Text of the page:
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Building healthier communities through screenings

During the COVID-19 pandemic, many people missed necessary screenings due to a variety of reasons.

Health screenings are an important part of maintaining good health, especially as you get older.

Many unnecessary deaths could be prevented with simple, regular health screenings as recommended by their doctor. Health screenings can detect problems early when chances for successful treatment are greatest.

During the quarterly health and fitness fair set for Saturday, July 16, from 7-10 a.m., participants will have a chance to get these screenings and more at affordable prices.

Screenings include bone density, complete blood count, pulmonary function test, blood type, cholesterol and lipid profile, complete chemistry profile, hemoglobin A1C, prostate specific antigen, B-12 level, folate level (folic acid), thyroid profile, total and free testosterone level, vitamin D level, low-dose lung CT screening, peripheral arterial disease screenings, stroke screening/carotid artery and abdominal aneurysm screenings.

Why are these important?

Blood tests can tell a lot about what’s going on in the body. Some blood tests can help your doctor determine how different organs in your body are working, such as thyroid, liver or kidneys.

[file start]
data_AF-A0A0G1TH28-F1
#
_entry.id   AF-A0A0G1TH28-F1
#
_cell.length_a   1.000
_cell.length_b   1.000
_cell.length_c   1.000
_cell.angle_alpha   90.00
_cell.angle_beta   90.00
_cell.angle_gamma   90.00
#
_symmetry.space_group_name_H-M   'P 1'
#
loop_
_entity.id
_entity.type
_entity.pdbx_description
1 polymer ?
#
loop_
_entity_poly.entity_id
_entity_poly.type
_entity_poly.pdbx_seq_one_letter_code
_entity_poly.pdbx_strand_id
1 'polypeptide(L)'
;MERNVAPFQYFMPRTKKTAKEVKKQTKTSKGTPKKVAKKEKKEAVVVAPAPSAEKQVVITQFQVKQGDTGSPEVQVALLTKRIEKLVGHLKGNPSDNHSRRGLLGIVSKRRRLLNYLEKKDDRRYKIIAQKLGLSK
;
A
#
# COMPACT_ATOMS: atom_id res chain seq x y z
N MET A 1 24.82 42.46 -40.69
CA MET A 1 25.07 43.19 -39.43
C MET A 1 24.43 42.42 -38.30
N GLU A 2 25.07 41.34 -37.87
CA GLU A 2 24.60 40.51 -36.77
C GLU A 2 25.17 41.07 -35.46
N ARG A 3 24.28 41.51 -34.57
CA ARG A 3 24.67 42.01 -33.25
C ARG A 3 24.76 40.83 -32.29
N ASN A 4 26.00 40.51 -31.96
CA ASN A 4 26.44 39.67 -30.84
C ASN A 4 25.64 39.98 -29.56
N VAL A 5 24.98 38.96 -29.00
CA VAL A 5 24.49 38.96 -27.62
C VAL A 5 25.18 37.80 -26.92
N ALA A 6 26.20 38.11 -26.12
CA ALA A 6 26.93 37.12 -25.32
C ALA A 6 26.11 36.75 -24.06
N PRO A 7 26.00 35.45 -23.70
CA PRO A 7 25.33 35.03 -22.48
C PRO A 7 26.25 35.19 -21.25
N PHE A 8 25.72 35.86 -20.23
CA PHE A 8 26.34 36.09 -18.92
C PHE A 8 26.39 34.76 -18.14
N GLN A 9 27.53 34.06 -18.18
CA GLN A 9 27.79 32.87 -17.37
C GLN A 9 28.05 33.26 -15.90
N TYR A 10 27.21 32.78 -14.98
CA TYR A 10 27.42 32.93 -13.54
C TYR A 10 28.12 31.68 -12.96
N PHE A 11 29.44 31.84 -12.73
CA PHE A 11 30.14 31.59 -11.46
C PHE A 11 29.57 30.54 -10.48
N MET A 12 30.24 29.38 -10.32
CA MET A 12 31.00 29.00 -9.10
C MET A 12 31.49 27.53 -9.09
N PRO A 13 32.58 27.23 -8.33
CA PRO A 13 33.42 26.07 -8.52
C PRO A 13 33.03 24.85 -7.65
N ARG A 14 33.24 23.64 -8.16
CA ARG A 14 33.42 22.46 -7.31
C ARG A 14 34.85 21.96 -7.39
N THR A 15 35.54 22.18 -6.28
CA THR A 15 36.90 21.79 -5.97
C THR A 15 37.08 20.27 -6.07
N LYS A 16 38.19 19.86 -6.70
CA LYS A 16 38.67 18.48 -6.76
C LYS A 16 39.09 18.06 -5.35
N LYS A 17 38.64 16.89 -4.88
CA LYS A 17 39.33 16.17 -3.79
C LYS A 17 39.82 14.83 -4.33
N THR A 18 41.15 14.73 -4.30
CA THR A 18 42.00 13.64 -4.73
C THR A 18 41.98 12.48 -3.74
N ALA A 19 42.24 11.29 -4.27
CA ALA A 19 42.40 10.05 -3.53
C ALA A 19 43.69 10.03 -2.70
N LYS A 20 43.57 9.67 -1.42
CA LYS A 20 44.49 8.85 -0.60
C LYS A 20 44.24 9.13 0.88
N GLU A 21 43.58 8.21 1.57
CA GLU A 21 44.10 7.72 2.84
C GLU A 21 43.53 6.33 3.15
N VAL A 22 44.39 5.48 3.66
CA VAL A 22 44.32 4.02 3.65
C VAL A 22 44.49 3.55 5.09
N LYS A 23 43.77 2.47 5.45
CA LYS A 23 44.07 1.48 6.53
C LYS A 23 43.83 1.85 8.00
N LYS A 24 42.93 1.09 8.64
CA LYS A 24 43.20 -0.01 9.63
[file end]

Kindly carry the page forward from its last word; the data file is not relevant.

Blood tests can also search for markers of diseases and health conditions such as diabetes, HIV, anemia, cancer and coronary heart disease in its early stages.

A complete blood count (CBC) checks for levels of 10 different components of white blood cells, red blood cells and platelets. Abnormal levels of any of those components can indicate nutritional deficiencies, anemia, clotting problems, blood cancer, infection and immune system disorders.

A lipid panel checks the levels of two types of cholesterol: HDL, the “good” cholesterol, and LDL, the “bad” cholesterol. Knowing these numbers can help prevent heart disease.

A thyroid panel checks how well your thyroid is producing and reacting to certain hormones. The thyroid helps regulate bodily functions like your mood, energy level and overall metabolism.

Another blood test is the PSA test, which measures the amount of prostate-specific antigen in your blood. PSA is a protein produced by both cancerous and non-cancerous tissue in the prostate. High levels of PSA may indicate the presence of prostate cancer.

Vascular screenings can find obstacles in the veins that are preventing them from doing their job. Those obstacles include plaque buildup, blockages or aneurysms, which can cause heart attacks and strokes.

“We offer these screenings at discounted prices for everyone to be able to have access to them,” said Paul Korth, Cookeville Regional CEO. “It’s our mission to build healthier communities and this is one way we can do that.”

Limited appointments are available. Call 931-783-2743 or register online at

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